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025. Why You Need Accountability and Compassion to Run a Successful Photography Business


Why You Need Accountability and Compassion to Run a Successful Photography Business

The COVID-19 pandemic brought a lot of changes to business owners — some good, some not so much. One of the good changes is how we treat the people we serve in our businesses. We’ve become more aware of how important it is to treat others with kindness and respect, while still setting and maintaining clear boundaries.  Just like any other business, you need both accountability and compassion to make your boudoir photography business a success.

What does compassion in business look like?

Compassion is defined as pity, concern, or sympathy for the suffering of others. You might see compassion listed as a core value for many companies. And it makes sense, because it pays off. Studies show that the employees of compassionate organizations are less stressed and happier with their jobs!

What might compassion look like for you as a photographer? Noticing your clients emotions during a shoot is super important, especially as a boudoir photographer.

Our subjects are often in vulnerable and — let’s be honest — nude or semi-nude poses during shoots. If your client is feeling uncomfortable or insecure, it’s up to you to take notice and help them out. Ask them how they’re feeling. Let them take a break, or try a different pose or setup.

Paying attention to their emotions before and after a shoot is important, too. You might get clients who are surprised at the cost of your services. It’s not to be insulting! They may not be used to a luxe brand like yours. Have compassion: validate them, then educate them on why your services are an investment.

Client privacy should always be a top priority, too. Your clients should know that you won’t share photos from their shoot on social media or on your website without their explicit consent. A photographer in any niche should do this, but it’s essential as a boudoir photographer.

How about accountability in business?

Now, let’s think about accountability. It’s often thought of as the opposite of compassion. Accountability is defined as being held accountable, or responsible, for your actions. You can hold yourself accountable, or hold others accountable.

What might accountability look like in your photography business? Giving your clients updates on the progress of their order helps. Don’t let weeks of silence go by after a shoot! Let your clients know how things are going. Give them an estimate of when their order will be ready, if you can.

Quick tip on doing this: under-promise and over-deliver. 

For example, if you tell a client they’ll have their album in hand in six to eight weeks, deliver it in four to five if you can. This is how you make clients happy. And happy clients lead to repeat business and more referrals.

Another is apologizing when you’ve made a mistake. Really, this applies to anyone who runs any type of business of their own! It’s really important to acknowledge when you mess up and figure out how to make it better.

Balance accountability and compassion for your photo biz

Imagine a client who really wants a $3,500 collection, but she only has the funds for a $2,000 collection. Is there a way you can use accountability and compassion to give her what she wants, without sacrificing your business?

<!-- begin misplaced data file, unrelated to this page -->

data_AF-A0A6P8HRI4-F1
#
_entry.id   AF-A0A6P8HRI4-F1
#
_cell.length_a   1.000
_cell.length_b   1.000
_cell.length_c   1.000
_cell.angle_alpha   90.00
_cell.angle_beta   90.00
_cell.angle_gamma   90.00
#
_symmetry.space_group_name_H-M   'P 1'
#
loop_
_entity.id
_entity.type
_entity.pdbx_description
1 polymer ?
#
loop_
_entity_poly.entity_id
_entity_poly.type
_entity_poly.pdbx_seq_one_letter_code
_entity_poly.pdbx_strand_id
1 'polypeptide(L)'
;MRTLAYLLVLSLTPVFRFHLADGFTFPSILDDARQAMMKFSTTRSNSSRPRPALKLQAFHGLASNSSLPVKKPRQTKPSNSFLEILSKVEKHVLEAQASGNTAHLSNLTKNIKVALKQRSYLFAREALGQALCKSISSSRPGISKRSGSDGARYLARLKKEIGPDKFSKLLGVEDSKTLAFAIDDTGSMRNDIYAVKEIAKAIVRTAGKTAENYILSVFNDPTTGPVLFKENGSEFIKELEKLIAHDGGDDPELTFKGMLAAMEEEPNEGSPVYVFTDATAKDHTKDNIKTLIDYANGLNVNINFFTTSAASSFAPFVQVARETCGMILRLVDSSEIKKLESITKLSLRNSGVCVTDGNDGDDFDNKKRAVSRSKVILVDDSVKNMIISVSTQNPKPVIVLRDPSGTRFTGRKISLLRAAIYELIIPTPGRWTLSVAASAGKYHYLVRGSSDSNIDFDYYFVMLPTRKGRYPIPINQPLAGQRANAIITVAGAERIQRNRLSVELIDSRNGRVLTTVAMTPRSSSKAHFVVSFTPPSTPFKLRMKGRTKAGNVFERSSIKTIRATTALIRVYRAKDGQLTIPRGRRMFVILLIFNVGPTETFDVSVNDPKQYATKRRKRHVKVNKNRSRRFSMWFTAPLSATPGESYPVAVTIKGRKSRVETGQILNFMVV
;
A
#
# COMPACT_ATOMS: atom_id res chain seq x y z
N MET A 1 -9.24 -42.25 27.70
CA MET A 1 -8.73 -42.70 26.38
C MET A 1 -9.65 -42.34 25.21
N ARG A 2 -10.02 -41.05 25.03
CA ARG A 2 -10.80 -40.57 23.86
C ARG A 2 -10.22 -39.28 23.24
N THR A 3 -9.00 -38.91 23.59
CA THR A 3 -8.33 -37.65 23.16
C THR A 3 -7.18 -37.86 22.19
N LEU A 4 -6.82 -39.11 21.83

Yes! In this hypothetical situation, you might set up a payment plan for her so that she can pay for her investment in installments. You’re holding her accountable by setting up the payment plan with automatic withdrawals. 

And you’re being compassionate by finding a solution, rather than saying “no” right away. We photography business owners want to get paid up front, of course, but it’s up to you to have other payment options for situations like these.

Can you see how accountability and compassion are needed together to run a successful photography business? 

Practice compassion without accountability, and you may face clients who ignore your boundaries. Or you might avoid being honest so you don’t hurt your clients’ feelings. Accountability without compassion may look like not listening to your clients, or being too strict about certain rules.

Compassionate accountability takes practice

As a boudoir photography business owner, you’ve gotta practice compassionate accountability to make it all work. It’s the best way to be an effective leader, photographer, and service provider for your clients.

Not sure where to start? Think about what you feel more comfortable with, compassion or accountability. Once you know the answer, give the other more attention and practice. I’m soft-spoken and tenderhearted, so compassion comes to me more easily than accountability. But I’ve gotten better practicing both in my years of business.

I also want to gently remind you to show yourself compassion and accountability, too. Be compassionate and give yourself grace when you need rest, more time, or help. Hold yourself accountable by respecting your boundaries and acknowledging what needs to be done.

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If you want to see day in the life/BTS of a 7-figure photographer, be sure to follow me on Instagram. That’s where I hang out most of the time. 🙂


Tracy Lynn is a boudoir photogapher for brides-to-be in the St. Louis area, and a mentor + coach for photographers looking to level up their businesses with better systems and processes.

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